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Operant Conditioning Dog Training – How to Correct Unwanted Behavior

Operant Conditioning Quadrant

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Why should you know about using operant conditioning when training your dog? Operant conditioning is a popular learning method backed up by decades of research. The concept is simple – reinforced (rewarded) behavior will likely occur again, while punished behaviors are less likely to happen in the future due to unpleasant associations. In dog training, the consequences of a dog’s behavior (whether reinforced or punished) will ultimately determine the likelihood of said behavior being repeated.

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Operant Conditioning: Controlling the Consequences of Your Dog’s Actions to Change Its Behavior

Operant Conditioning Quadrant

Operant conditioning is a way to shape your dog’s behavior using Reinforcements (which increase behavior frequency) or Punishments (which decrease behavior frequency), by either adding something (Positive) or removing something (Negative) from the dog’s environment.

There are four quadrants or methods of operant conditioning: Positive Reinforcement, Negative Reinforcement, Positive Punishment, and Negative Punishment. To choose the best approach for you and your dog, it’s essential to understand what makes each quadrant unique. Let’s take a closer look!

What is Positive Reinforcement in Dog Training?

Positive reinforcement involves giving your dog something that it desires or enjoys (such as treats or verbal praise) when it performs a targeted behavior. This pleasant result increases the chances that your dog will repeat the behavior in the future.

Positive Reinforcement Examples

Positive Reinforcement Example
Graphic by Lili
  • Using treats to teach a dog to sit. The trainer gives the “sit” command and offers a treat when the dog successfully sits. Over time, the treat can be phased out and replaced with praise or affection as a reward for good behavior.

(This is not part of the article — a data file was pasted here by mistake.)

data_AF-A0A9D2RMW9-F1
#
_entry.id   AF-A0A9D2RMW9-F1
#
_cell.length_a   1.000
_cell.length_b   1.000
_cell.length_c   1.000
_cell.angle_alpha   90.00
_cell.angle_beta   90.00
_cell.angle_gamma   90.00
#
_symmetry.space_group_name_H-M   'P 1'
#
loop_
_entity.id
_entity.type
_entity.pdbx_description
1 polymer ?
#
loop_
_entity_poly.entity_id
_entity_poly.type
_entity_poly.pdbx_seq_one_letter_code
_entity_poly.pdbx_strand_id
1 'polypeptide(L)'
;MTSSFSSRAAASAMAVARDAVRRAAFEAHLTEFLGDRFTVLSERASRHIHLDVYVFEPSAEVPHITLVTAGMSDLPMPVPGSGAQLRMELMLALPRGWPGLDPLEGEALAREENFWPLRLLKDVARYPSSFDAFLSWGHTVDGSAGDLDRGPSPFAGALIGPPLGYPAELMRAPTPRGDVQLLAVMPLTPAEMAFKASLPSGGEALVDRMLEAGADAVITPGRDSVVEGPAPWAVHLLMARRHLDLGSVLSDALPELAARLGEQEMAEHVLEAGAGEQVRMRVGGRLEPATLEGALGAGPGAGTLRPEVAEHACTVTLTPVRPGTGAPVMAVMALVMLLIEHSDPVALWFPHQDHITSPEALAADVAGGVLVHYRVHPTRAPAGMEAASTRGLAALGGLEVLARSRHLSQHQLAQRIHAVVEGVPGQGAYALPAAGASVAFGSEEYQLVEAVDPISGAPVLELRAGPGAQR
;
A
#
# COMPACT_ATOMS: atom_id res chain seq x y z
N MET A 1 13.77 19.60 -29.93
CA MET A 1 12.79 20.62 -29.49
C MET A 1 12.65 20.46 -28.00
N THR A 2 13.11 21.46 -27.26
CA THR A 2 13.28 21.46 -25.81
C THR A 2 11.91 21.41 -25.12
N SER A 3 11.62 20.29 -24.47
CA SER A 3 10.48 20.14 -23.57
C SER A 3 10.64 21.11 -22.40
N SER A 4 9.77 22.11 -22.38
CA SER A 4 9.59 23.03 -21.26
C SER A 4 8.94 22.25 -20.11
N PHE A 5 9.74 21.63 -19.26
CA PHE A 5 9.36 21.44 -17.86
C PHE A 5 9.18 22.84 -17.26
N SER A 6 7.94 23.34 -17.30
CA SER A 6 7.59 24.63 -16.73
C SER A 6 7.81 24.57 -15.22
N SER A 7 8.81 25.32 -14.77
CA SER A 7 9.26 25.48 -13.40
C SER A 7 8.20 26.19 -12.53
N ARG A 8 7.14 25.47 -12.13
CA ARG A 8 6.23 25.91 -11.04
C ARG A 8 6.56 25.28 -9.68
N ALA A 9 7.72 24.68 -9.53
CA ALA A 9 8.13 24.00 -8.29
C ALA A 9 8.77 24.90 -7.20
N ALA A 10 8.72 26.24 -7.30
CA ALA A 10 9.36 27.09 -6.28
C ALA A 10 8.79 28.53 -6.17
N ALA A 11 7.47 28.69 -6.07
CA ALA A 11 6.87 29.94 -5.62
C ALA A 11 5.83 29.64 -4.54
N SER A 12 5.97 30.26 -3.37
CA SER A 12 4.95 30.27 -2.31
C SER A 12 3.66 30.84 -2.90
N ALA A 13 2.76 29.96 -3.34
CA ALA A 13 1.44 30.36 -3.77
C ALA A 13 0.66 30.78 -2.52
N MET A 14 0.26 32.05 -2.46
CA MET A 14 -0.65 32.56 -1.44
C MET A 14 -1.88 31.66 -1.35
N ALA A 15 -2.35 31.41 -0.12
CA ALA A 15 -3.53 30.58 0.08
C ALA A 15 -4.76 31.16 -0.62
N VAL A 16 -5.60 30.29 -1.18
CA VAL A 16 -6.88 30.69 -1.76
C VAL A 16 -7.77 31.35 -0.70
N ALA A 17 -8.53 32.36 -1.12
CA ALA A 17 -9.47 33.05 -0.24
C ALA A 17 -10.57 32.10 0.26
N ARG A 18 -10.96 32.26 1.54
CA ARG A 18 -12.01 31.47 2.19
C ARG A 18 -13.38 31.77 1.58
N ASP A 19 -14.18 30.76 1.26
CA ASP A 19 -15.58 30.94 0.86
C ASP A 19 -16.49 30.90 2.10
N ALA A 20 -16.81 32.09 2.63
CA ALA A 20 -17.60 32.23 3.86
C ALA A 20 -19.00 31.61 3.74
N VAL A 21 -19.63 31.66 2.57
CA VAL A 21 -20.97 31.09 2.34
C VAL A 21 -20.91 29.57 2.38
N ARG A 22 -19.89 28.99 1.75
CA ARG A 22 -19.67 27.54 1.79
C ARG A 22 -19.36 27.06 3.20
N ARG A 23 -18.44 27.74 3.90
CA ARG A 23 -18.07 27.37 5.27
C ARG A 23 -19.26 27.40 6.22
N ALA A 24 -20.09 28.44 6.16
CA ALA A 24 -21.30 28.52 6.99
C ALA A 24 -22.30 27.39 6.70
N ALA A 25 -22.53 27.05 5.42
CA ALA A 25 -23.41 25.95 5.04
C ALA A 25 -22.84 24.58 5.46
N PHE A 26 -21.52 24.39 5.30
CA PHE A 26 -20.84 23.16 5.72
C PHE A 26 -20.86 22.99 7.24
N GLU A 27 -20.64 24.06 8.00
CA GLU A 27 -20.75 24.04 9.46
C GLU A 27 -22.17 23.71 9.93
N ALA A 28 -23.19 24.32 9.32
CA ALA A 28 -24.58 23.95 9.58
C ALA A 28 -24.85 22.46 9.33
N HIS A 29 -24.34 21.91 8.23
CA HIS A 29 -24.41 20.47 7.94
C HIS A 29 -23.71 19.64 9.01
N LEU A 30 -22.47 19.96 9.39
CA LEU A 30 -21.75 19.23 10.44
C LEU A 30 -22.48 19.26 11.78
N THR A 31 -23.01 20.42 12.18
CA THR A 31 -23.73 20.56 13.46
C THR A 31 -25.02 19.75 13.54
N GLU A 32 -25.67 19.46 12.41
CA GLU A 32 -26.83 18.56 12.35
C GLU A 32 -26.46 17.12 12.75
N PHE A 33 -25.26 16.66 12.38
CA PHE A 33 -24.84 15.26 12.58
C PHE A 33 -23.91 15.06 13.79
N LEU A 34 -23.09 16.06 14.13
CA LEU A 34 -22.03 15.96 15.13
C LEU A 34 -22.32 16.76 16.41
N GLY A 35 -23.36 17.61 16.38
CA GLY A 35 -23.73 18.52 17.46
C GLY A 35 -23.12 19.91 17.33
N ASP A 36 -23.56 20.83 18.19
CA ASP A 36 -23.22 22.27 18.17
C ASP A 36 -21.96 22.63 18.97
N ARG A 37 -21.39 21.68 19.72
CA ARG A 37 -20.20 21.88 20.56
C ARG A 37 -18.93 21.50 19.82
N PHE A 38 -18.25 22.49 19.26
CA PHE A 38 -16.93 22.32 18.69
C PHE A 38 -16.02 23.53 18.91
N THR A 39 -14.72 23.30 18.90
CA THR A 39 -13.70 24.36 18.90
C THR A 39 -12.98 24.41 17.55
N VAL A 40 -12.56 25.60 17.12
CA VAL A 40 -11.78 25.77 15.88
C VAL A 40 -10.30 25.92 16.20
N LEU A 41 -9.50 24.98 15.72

• Ignoring or redirecting excessive barking, while reinforcing the desired behavior (sitting calmly and quietly, for instance) with a treat or verbal praise

Positive reinforcement training can also be used to teach more advanced tricks and tasks, such as retrieving objects or performing agility courses. Patience and consistency are crucial to dog training success – you can gradually shape the desired behavior through small rewards and build up to more complex tasks.

Successful positive reinforcement training happens when there’s a supportive relationship between a trainer and the dog. By focusing on reinforcing desirable behaviors and ignoring undesirable ones (rather than using fear or punishment to train a dog), positive reinforcement results in a happier, better-behaved pet and a stronger bond with its owner. No wonder the ASPCA recommends this method over any other quadrant!

What is Negative Reinforcement in Dog Training?

Negative reinforcement involves the removal of an unpleasant stimulus in response to the desired behavior, thereby increasing the likelihood of repetition. While not as popular as positive reinforcement training, negative reinforcement can be an effective training tool when used correctly by a certified dog trainer.

Negative Reinforcement Examples

Negative Reinforcement Example
Graphic by Lili
  • Using a leash and collar to teach the “heel” command. The trainer applies pressure on the leash and collar until the dog moves into the correct position beside them. As soon as the dog is in the correct position, the pressure is released. Over time, the dog learns that moving into the correct position will result in the removal of pressure on its neck, reinforcing the behavior.
  • Addressing behavioral problems such as jumping or barking. The trainer applies an aversive stimulus (such as a low, continuous shock or vibration from an electric collar) until the undesired behavior stops. Only when the dog sits quietly will the trainer remove the shock.

Warning: It is critical to respond immediately to the undesired behavior and to avoid any aversive stimuli that are overly harsh or threatening to your dog. Negative reinforcement, when used inappropriately, can lead to increased fear, anxiety, distrust, and even aggression.

What is Positive Punishment in Dog Training?

Positive punishment refers to the introduction of aversive stimuli to reduce or stop a behavior. In other words, the trainer adds an unpleasant response to a specific behavior to discourage it from happening again.